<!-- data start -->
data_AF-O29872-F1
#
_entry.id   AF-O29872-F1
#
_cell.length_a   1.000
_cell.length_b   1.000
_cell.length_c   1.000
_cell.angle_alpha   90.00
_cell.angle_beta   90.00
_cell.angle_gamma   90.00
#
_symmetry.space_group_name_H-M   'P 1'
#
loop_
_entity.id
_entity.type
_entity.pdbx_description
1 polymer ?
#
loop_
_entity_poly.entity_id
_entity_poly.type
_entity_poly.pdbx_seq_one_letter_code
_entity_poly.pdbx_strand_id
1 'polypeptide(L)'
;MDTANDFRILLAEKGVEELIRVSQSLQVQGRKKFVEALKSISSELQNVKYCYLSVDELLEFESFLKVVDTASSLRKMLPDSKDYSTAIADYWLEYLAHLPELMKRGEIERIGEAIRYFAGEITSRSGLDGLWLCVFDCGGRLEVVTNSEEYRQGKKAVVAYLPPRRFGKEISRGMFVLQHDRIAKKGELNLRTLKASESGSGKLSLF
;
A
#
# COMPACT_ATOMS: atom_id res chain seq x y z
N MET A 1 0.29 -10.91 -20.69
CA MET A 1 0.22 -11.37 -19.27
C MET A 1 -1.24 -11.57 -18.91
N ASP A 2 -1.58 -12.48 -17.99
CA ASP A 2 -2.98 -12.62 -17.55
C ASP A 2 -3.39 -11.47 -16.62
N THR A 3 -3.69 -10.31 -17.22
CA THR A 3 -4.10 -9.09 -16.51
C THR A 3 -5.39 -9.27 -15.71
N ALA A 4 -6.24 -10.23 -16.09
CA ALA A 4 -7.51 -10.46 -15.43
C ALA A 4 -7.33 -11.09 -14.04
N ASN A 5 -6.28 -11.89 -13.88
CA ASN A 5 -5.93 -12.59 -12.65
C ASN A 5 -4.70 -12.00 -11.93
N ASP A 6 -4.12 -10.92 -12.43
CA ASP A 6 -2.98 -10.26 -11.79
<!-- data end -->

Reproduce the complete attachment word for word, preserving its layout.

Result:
data_AF-O29872-F1
#
_entry.id   AF-O29872-F1
#
_cell.length_a   1.000
_cell.length_b   1.000
_cell.length_c   1.000
_cell.angle_alpha   90.00
_cell.angle_beta   90.00
_cell.angle_gamma   90.00
#
_symmetry.space_group_name_H-M   'P 1'
#
loop_
_entity.id
_entity.type
_entity.pdbx_description
1 polymer ?
#
loop_
_entity_poly.entity_id
_entity_poly.type
_entity_poly.pdbx_seq_one_letter_code
_entity_poly.pdbx_strand_id
1 'polypeptide(L)'
;MDTANDFRILLAEKGVEELIRVSQSLQVQGRKKFVEALKSISSELQNVKYCYLSVDELLEFESFLKVVDTASSLRKMLPDSKDYSTAIADYWLEYLAHLPELMKRGEIERIGEAIRYFAGEITSRSGLDGLWLCVFDCGGRLEVVTNSEEYRQGKKAVVAYLPPRRFGKEISRGMFVLQHDRIAKKGELNLRTLKASESGSGKLSLF
;
A
#
# COMPACT_ATOMS: atom_id res chain seq x y z
N MET A 1 0.29 -10.91 -20.69
CA MET A 1 0.22 -11.37 -19.27
C MET A 1 -1.24 -11.57 -18.91
N ASP A 2 -1.58 -12.48 -17.99
CA ASP A 2 -2.98 -12.62 -17.55
C ASP A 2 -3.39 -11.47 -16.62
N THR A 3 -3.69 -10.31 -17.22
CA THR A 3 -4.10 -9.09 -16.51
C THR A 3 -5.39 -9.27 -15.71
N ALA A 4 -6.24 -10.23 -16.09
CA ALA A 4 -7.51 -10.46 -15.43
C ALA A 4 -7.33 -11.09 -14.04
N ASN A 5 -6.28 -11.89 -13.88
CA ASN A 5 -5.93 -12.59 -12.65
C ASN A 5 -4.70 -12.00 -11.93
N ASP A 6 -4.12 -10.92 -12.43
CA ASP A 6 -2.98 -10.26 -11.79